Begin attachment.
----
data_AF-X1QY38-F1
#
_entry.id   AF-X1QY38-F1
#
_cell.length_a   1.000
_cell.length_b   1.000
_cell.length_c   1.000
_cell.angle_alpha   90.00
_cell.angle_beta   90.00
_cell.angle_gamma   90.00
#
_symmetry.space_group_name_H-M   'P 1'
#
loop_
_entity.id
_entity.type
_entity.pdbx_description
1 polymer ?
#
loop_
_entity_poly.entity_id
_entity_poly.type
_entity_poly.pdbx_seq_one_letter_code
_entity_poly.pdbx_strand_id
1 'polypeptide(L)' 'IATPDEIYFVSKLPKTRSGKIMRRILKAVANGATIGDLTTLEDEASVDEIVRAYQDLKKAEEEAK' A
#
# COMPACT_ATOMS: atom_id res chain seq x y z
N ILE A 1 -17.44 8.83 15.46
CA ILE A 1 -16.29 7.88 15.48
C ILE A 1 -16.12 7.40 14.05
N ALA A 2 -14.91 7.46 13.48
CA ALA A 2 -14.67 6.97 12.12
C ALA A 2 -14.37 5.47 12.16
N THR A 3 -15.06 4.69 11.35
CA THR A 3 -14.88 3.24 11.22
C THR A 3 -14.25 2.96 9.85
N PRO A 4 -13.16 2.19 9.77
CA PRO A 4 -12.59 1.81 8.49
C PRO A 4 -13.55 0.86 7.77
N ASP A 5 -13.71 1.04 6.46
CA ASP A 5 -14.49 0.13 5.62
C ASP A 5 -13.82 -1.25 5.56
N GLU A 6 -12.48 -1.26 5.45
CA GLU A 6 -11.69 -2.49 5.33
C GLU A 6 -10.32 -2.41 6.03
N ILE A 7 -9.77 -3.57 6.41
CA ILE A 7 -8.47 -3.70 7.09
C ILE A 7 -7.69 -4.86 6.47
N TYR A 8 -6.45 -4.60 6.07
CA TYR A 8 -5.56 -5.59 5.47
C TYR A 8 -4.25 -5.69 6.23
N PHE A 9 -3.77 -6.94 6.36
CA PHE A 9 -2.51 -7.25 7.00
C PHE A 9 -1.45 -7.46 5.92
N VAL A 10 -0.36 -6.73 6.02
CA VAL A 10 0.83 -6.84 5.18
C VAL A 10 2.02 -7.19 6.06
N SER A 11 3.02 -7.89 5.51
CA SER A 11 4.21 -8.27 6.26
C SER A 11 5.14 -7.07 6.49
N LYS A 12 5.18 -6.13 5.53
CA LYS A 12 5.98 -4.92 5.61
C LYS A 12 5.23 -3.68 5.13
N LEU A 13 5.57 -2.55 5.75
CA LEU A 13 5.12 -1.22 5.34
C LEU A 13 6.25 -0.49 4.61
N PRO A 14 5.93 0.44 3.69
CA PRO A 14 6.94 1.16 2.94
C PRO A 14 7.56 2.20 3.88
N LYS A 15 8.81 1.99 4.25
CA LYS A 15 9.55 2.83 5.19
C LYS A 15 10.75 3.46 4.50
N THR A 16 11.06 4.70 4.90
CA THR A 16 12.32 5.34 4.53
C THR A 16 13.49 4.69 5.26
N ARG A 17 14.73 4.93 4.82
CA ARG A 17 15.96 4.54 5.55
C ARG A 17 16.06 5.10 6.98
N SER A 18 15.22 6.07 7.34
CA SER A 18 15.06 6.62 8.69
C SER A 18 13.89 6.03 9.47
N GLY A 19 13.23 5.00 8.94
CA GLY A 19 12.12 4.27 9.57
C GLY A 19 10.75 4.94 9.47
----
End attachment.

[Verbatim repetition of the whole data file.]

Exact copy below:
data_AF-X1QY38-F1
#
_entry.id   AF-X1QY38-F1
#
_cell.length_a   1.000
_cell.length_b   1.000
_cell.length_c   1.000
_cell.angle_alpha   90.00
_cell.angle_beta   90.00
_cell.angle_gamma   90.00
#
_symmetry.space_group_name_H-M   'P 1'
#
loop_
_entity.id
_entity.type
_entity.pdbx_description
1 polymer ?
#
loop_
_entity_poly.entity_id
_entity_poly.type
_entity_poly.pdbx_seq_one_letter_code
_entity_poly.pdbx_strand_id
1 'polypeptide(L)' 'IATPDEIYFVSKLPKTRSGKIMRRILKAVANGATIGDLTTLEDEASVDEIVRAYQDLKKAEEEAK' A
#
# COMPACT_ATOMS: atom_id res chain seq x y z
N ILE A 1 -17.44 8.83 15.46
CA ILE A 1 -16.29 7.88 15.48
C ILE A 1 -16.12 7.40 14.05
N ALA A 2 -14.91 7.46 13.48
CA ALA A 2 -14.67 6.97 12.12
C ALA A 2 -14.37 5.47 12.16
N THR A 3 -15.06 4.69 11.35
CA THR A 3 -14.88 3.24 11.22
C THR A 3 -14.25 2.96 9.85
N PRO A 4 -13.16 2.19 9.77
CA PRO A 4 -12.59 1.81 8.49
C PRO A 4 -13.55 0.86 7.77
N ASP A 5 -13.71 1.04 6.46
CA ASP A 5 -14.49 0.13 5.62
C ASP A 5 -13.82 -1.25 5.56
N GLU A 6 -12.48 -1.26 5.45
CA GLU A 6 -11.69 -2.49 5.33
C GLU A 6 -10.32 -2.41 6.03
N ILE A 7 -9.77 -3.57 6.41
CA ILE A 7 -8.47 -3.70 7.09
C ILE A 7 -7.69 -4.86 6.47
N TYR A 8 -6.45 -4.60 6.07
CA TYR A 8 -5.56 -5.59 5.47
C TYR A 8 -4.25 -5.69 6.23
N PHE A 9 -3.77 -6.94 6.36
CA PHE A 9 -2.51 -7.25 7.00
C PHE A 9 -1.45 -7.46 5.92
N VAL A 10 -0.36 -6.73 6.02
CA VAL A 10 0.83 -6.84 5.18
C VAL A 10 2.02 -7.19 6.06
N SER A 11 3.02 -7.89 5.51
CA SER A 11 4.21 -8.27 6.26
C SER A 11 5.14 -7.07 6.49
N LYS A 12 5.18 -6.13 5.53
CA LYS A 12 5.98 -4.92 5.61
C LYS A 12 5.23 -3.68 5.13
N LEU A 13 5.57 -2.55 5.75
CA LEU A 13 5.12 -1.22 5.34
C LEU A 13 6.25 -0.49 4.61
N PRO A 14 5.93 0.44 3.69
CA PRO A 14 6.94 1.16 2.94
C PRO A 14 7.56 2.20 3.88
N LYS A 15 8.81 1.99 4.25
CA LYS A 15 9.55 2.83 5.19
C LYS A 15 10.75 3.46 4.50
N THR A 16 11.06 4.70 4.90
CA THR A 16 12.32 5.34 4.53
C THR A 16 13.49 4.69 5.26
N ARG A 17 14.73 4.93 4.82
CA ARG A 17 15.96 4.54 5.55
C ARG A 17 16.06 5.10 6.98
N SER A 18 15.22 6.07 7.34
CA SER A 18 15.06 6.62 8.69
C SER A 18 13.89 6.03 9.47
N GLY A 19 13.23 5.00 8.94
CA GLY A 19 12.12 4.27 9.57
C GLY A 19 10.75 4.94 9.47